Wednesday, February 27, 2008

Day 2: Eeeeuw!

This post is not for the faint of heart.

Herein you find the gritty details of my left shoulder pathology.

This is an arthroscopic view of the head of the humerus (upper arm) bone, with the torn stump of the biceps long head looking fairly ratty. This was one of several things that went "clunk" in the night--and the day. There's no good way to re-attach the long head tendon all the way into the joint, so Bones just sanded it completely off.

Here we have the freshly sanded articular surface of the humeral head (the "ball" of the ball & socket). Looks to me like it will rotate around in there with a lot less clunking & locking up.

The remaining biceps tendon was then fished out of its retracted position near my elbow, pulled up to the bicipital groove just below the articular portion of the humeral head, and screwed into the bone to re-attach it. It's not exactly back where it was, but it will function just fine where it is, keeping me from looking even more noodle-armed than I already did.

Soulmate didn't marry me for my pipes, but she disapproved of any further shrinkage. She is now officially un-freaked.

This is harder to see, but represents a large tear through the supraspinatus and the subscapularis muscles, the upper and front muscles of the rotator cuff. The lower (infraspinatus) and back (teres minor) muscles of my rotator cuff were not injured. The acromion, a hook of bone over the rotator cuff, was trimmed of some sharp calcium deposits, and I think the bursa was smoothed out as well.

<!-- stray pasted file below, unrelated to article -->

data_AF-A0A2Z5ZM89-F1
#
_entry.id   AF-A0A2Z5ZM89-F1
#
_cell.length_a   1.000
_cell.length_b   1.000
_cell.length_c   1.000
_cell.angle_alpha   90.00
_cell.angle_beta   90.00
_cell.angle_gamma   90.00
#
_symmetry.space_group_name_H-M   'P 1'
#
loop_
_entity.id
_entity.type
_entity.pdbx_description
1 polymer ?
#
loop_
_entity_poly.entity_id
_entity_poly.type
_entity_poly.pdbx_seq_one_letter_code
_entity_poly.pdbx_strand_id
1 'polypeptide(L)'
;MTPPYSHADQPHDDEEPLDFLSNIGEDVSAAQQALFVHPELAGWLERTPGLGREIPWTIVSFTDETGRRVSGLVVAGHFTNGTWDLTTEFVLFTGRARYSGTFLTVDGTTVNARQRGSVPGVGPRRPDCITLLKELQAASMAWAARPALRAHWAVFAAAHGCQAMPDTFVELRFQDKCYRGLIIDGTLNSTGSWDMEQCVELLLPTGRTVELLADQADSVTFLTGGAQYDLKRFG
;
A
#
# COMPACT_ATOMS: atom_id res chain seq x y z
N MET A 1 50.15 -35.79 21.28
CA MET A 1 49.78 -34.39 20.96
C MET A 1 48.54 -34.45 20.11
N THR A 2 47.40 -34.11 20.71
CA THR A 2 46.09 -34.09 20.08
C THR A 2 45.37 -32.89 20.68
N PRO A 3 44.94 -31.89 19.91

This is the finished product after screwing disolvable anchors into the head of the humerus and using permanent wire suture to pull the torn muscles back together so they can re-attach to the bone & hold the joint tightly together. This is the part that takes forever to heal.

The tragic hero himself suffering the slings and arrows of outrageous fortune. Actually, only the slings are left; the "arrow" (a pain pump catheter that poked through my skin into the joint) was removed this afternoon by Chad, my physical therapist.
The black sling is my immobilizer; the blue one is a Cryo-Cuff (as opposed to a Crying Cuff), which is a high-tech ice pack. The white tip of the tube attaches to a similar tube connected to a Thermos jug full of ice water, which can be drained out when it's no longer cold. Much easier than constantly re-freezing cold packs. Thanks, Todd & Sarah, it works great!
Friday is my first real PT session; let the suffering begin.


rainmaker2112 said...

Wow, The Magic Bus series of cartoon trekking through the human body didn't look like this! I'd shudder to look at the scar tissue and calcium in my young body. Alas, let it remain unseen.

Glad all is well ye of the one-armed typing. Ensure no-one confuses with the old West one-armed bandits eh?

Doc said...

I had hoped to let sleeping dogs lie, and let this injury go for 15 months before I couldn't ignore it.

Even as a medical pro, it's hard to distinguish major from minor situations. DOC'S ADVICE: if in doubt, check it out.

redBeard said...

Glad to see (n hear) you're alive and kicking n typing, er, pecking at the keyboard.

Good luck with recovery, PT, rehab, and then, back to training.

Make sure you make it to some of the early races, even just to hassle the rest of us hacks.

Doc said...

I wouldn't miss 'em for the world. I get a free pass to heckle at will. Then I'll br suited up soon enough for payback time...

GoBigGreen said...

Hey that is cool stuff. And you may have saved a few readers from wondering what their "rotary" cuff is. Oh wait, those bikers are smarter than average, i forgot.
You know "Chad" is legendary. Get ready. (Ok dont know chad, but good luck!)